On 26 May 2013 01:33, Steve Litt <
slitt@troubleshooters.com> wrote:
>> On 25 May 2013 01:28, Steve Litt <
slitt@troubleshooters.com> wrote:
> Vaughan,
>
> Where in the program did you tell it you're using 40 bit numbers? Or
> did you just quit when you reached
>
> 0000000000000000000000000000000000000001111111111111110000000000000000000000000
>
> ?
>
Yes, I just checked that the number was over 2^40.
> Did you find any evidence of your computer CPU overheating?
No, my 2008 iMac coped fine. It got a bit warm, but not as warm as an equivalent time playing Starcraft would (not that I have that kind of time to spare these days). It’s nearly winter here in Australia.
>
> What properties made some of these numbers more interesting than
> others? Did you use pipes like:
>
> ./find_fifteens | ./show_interesting.sh > interesting_numbers.txt
>
I’m laying an area of pavers 8 wide by 5 down, with dark and light pavers available. I wanted to do an ‘interesting’ pattern... being fond of the golden ratio and noticing 8 & 5 are Fibbonaccci numbers, I thought I could encode a 40-bit number that when read from the (right) side, is the golden ratio away from when it is read from the bottom.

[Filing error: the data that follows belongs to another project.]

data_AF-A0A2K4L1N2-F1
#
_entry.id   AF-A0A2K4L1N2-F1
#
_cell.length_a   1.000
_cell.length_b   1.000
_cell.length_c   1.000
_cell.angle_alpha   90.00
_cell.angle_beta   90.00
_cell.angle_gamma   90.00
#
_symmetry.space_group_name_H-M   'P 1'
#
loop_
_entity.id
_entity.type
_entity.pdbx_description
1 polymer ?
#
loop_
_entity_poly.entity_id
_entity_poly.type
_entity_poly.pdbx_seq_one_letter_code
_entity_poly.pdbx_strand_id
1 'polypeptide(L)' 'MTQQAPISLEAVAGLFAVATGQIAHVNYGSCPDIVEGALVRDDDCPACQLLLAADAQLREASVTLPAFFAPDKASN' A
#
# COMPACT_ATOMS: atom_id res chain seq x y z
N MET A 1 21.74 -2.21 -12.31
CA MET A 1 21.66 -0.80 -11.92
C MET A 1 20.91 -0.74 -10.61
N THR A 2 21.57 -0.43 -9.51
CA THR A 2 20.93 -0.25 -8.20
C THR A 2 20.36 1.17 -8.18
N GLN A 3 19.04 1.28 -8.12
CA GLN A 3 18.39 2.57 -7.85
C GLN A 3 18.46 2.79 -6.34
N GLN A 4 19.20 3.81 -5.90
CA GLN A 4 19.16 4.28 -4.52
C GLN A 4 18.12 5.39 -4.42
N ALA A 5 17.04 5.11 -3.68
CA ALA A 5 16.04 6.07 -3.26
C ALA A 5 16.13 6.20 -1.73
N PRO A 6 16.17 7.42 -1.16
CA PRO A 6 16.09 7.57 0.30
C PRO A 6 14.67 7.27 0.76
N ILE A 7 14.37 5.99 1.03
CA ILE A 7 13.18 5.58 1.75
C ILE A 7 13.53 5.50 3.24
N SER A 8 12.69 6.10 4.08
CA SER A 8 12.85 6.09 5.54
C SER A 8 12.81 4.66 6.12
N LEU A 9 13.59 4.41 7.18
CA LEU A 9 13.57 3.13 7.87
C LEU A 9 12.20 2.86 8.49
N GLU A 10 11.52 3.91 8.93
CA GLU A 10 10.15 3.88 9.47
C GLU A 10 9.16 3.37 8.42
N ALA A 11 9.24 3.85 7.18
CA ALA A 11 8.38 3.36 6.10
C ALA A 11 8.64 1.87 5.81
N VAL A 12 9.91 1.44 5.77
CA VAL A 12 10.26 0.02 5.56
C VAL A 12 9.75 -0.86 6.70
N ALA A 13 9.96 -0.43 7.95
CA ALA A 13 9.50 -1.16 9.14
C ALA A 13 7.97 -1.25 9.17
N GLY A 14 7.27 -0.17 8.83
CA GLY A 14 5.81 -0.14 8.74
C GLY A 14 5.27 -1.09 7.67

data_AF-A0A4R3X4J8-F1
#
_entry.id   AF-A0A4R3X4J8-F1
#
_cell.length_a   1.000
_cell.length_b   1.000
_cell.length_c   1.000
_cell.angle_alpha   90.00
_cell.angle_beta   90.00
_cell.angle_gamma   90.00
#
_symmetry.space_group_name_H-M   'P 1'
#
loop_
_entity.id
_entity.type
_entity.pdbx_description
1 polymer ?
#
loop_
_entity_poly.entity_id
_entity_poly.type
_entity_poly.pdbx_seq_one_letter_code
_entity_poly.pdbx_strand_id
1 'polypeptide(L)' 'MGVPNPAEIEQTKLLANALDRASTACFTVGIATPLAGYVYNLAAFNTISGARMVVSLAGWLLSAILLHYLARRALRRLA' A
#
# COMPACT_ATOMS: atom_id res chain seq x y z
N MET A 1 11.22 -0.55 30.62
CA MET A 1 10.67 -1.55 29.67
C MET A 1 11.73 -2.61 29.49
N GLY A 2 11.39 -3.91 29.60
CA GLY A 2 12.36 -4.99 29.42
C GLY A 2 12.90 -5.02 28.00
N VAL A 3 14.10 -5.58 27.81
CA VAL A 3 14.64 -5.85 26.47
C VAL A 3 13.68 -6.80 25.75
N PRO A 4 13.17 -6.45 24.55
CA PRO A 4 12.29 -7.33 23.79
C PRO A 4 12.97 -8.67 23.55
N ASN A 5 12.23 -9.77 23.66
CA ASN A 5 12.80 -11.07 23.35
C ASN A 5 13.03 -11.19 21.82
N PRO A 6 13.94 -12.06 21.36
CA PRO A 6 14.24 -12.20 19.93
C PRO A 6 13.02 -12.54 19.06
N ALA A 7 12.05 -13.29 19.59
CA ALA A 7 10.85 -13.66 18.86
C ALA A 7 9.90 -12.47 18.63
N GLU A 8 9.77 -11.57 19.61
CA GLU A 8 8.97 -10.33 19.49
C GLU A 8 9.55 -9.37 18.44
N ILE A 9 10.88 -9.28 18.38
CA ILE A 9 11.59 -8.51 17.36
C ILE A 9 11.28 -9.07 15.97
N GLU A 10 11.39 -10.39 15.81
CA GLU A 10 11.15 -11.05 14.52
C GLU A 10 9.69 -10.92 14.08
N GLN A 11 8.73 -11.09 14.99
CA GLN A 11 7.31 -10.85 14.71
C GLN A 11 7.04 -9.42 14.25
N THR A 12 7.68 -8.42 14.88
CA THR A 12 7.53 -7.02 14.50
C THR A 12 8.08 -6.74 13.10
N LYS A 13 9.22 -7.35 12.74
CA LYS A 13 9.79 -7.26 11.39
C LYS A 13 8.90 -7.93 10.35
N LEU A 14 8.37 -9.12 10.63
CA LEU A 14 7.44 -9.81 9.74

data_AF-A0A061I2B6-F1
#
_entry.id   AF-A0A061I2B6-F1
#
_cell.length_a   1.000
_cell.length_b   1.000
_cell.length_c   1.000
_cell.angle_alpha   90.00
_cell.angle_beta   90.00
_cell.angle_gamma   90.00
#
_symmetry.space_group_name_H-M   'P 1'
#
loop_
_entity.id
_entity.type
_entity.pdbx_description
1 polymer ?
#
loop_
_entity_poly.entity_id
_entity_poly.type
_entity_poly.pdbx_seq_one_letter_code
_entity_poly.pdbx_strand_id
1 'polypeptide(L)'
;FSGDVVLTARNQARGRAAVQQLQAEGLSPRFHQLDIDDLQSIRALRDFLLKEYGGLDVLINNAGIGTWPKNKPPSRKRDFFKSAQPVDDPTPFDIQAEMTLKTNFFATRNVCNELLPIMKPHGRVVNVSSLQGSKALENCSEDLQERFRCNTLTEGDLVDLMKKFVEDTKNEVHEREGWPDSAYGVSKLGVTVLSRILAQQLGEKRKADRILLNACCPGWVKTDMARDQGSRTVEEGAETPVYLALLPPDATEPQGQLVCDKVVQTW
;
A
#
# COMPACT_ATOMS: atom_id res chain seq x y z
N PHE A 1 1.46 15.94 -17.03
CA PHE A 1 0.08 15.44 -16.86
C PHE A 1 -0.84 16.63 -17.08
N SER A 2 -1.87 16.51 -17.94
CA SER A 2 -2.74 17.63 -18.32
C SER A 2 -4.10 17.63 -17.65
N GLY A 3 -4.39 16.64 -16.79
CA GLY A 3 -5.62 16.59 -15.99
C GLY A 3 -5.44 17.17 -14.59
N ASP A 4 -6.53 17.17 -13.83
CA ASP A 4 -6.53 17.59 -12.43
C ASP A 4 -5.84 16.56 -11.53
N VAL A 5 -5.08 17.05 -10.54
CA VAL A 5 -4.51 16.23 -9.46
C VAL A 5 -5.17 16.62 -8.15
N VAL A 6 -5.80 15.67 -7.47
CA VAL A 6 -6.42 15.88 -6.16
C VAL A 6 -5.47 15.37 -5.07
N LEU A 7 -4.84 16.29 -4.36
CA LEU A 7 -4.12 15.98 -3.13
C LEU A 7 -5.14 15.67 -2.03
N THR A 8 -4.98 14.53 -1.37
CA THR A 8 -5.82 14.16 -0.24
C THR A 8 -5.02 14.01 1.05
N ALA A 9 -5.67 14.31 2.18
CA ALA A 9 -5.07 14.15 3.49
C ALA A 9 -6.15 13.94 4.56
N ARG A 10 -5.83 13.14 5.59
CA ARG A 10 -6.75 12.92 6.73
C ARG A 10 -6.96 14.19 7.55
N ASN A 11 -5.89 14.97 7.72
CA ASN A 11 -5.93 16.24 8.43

So what I have found is:
+---------- <- back fence
| 01110111
| 01000100
| 00101000
| 10100000
| 10100010
is 0x774428a0a2... when read looking from the right you get:
11000 00011 11101 00001 00100 00011 10001 00001
or 0xc0fa120e21
print(0xc0fa120e21 / 0x774428a0a2) gives you the golden ratio to 11 decimal places, which is the most interesting to me :-)
You’ll notice I’m using a Hamming weight of 15 instead of 25. Either way was fine if the ones and zeros relate by roughly the golden mean.
> ./find_fifteens | ./show_interesting.sh > interesting_numbers.txt
> These are the times I love computers. I might do this myself.
>
No, I just printed out the best result as it appeared. But you are correct... computers can be a lot of fun :)
> Thanks,
>
> SteveT
>
Cheers,
Vaughan